As the beast folds away its wings and plunges itself into the water, I begin to cry. I’ve been tracking it for a while now, cutting Kay’s narrow boat through the water, but each time I get close it turns its eyes to mine and beats its wings to move away from me. Abandoning the boat – leaping over the silent arms that reach out for Kay from the murky depths – she scrambles across the rooftops, terracotta tiles tinkling in her wake. But it’s too late. I know I’m too late. The beast has already disappeared.
Meeting this monster and uncovering its harrowing backstory broke me in a way I hadn’t quite expected. I felt sick moving through the preceding chapter, piecing together its stark, unornamented message, devastated by the story it was telling but compelled to see it through. It’s ugly and it’s painful and it’s heartbreaking to watch, but it’s necessary, too. The events in this twisted parody of a school – if a little contrived – rocked me in a way I’m very rarely rocked, be that via a game or otherwise.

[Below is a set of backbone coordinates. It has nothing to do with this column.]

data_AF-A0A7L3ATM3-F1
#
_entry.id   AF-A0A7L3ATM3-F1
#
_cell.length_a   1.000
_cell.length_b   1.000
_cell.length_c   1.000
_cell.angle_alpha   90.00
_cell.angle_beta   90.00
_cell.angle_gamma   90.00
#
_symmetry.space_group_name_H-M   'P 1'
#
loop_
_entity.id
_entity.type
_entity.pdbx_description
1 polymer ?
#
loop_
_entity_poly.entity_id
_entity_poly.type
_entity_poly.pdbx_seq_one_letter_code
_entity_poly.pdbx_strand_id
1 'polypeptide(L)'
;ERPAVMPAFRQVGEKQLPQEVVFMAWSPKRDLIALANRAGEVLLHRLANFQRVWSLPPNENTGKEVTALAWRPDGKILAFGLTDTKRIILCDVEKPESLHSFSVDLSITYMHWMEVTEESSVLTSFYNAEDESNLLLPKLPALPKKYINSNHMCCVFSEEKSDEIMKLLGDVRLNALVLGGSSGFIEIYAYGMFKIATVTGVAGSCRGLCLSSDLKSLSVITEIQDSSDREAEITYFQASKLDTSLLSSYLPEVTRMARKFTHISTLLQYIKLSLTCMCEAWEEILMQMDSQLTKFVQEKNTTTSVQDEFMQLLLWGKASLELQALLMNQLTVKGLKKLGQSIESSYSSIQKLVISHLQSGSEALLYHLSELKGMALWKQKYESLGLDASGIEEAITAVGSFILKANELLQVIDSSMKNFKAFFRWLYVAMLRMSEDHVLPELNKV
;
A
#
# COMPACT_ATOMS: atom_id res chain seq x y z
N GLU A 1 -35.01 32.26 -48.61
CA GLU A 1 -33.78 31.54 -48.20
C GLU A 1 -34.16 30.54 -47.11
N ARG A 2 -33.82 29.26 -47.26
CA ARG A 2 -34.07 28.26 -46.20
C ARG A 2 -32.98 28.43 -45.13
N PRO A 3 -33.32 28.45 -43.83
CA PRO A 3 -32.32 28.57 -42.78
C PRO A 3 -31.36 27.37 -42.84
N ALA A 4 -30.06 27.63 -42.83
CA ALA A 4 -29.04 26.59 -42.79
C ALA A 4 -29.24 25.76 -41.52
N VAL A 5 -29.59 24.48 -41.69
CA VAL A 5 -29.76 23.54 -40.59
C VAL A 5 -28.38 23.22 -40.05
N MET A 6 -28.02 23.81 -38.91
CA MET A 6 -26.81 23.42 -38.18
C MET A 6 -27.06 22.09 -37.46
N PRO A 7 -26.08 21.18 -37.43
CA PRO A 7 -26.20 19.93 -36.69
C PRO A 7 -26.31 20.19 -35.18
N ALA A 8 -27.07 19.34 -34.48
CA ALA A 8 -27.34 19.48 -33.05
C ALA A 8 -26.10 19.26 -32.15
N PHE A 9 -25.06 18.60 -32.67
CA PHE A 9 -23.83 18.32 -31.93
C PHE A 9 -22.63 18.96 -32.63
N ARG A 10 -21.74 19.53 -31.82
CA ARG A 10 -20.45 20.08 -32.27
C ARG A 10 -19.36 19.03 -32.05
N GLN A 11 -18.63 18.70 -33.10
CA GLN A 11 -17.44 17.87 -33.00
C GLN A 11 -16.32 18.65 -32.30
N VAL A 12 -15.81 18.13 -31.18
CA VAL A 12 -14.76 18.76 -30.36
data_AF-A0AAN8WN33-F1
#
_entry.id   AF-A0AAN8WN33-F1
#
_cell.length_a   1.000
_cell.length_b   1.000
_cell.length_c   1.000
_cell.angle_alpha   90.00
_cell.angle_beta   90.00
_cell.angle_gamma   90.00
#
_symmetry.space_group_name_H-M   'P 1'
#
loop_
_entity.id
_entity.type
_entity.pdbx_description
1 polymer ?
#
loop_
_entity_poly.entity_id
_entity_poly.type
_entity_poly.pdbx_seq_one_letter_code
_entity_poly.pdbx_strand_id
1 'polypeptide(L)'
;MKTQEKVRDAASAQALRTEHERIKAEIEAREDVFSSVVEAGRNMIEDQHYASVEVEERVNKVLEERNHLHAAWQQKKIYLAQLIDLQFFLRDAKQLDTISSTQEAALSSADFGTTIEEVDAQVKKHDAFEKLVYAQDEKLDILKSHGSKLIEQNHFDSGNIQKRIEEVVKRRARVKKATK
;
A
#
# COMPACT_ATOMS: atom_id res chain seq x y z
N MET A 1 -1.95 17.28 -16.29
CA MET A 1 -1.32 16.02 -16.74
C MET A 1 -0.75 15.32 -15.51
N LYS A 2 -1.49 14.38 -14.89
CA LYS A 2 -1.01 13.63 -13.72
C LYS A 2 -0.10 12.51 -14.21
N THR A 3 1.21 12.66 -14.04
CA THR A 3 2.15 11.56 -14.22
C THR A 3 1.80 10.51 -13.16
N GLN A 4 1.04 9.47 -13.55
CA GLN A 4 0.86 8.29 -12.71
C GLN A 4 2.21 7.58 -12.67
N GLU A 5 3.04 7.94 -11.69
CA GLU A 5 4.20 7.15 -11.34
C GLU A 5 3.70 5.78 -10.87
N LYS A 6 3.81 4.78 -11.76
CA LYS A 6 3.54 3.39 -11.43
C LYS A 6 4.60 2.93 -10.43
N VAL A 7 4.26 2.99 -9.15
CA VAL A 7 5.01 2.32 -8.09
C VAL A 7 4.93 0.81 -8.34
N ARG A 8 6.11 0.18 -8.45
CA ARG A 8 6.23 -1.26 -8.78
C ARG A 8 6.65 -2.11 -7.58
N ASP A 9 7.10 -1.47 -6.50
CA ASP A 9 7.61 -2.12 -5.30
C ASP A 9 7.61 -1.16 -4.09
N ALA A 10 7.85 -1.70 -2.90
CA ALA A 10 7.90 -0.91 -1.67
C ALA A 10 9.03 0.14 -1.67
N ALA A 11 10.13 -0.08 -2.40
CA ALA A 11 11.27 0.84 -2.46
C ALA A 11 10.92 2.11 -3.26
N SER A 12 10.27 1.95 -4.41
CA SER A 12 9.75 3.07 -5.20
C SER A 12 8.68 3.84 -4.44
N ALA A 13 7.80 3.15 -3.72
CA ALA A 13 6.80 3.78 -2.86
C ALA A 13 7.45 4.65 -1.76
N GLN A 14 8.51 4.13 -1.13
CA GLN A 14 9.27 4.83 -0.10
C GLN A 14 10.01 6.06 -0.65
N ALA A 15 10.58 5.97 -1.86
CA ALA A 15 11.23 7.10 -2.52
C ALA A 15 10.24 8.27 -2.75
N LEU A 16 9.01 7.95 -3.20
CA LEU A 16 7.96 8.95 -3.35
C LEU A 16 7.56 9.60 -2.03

If Sea of Solitude had finished here, it could’ve been a masterpiece. However, this is the game’s first encounter with one of the mysterious monsters roaming Kay’s watery world, and what could’ve been a devastating final gut-punch instead set a precedent that the rest of the game couldn’t quite match. The impact of each subsequent encounter is instead muddied by the one that preceded it, diluting the potency of the storytelling, and its stunning score and striking visuals are further clouded with clumsy mechanics, uneven voice performances, and inelegant metaphors that strip away the nuance necessary for such potent topics.
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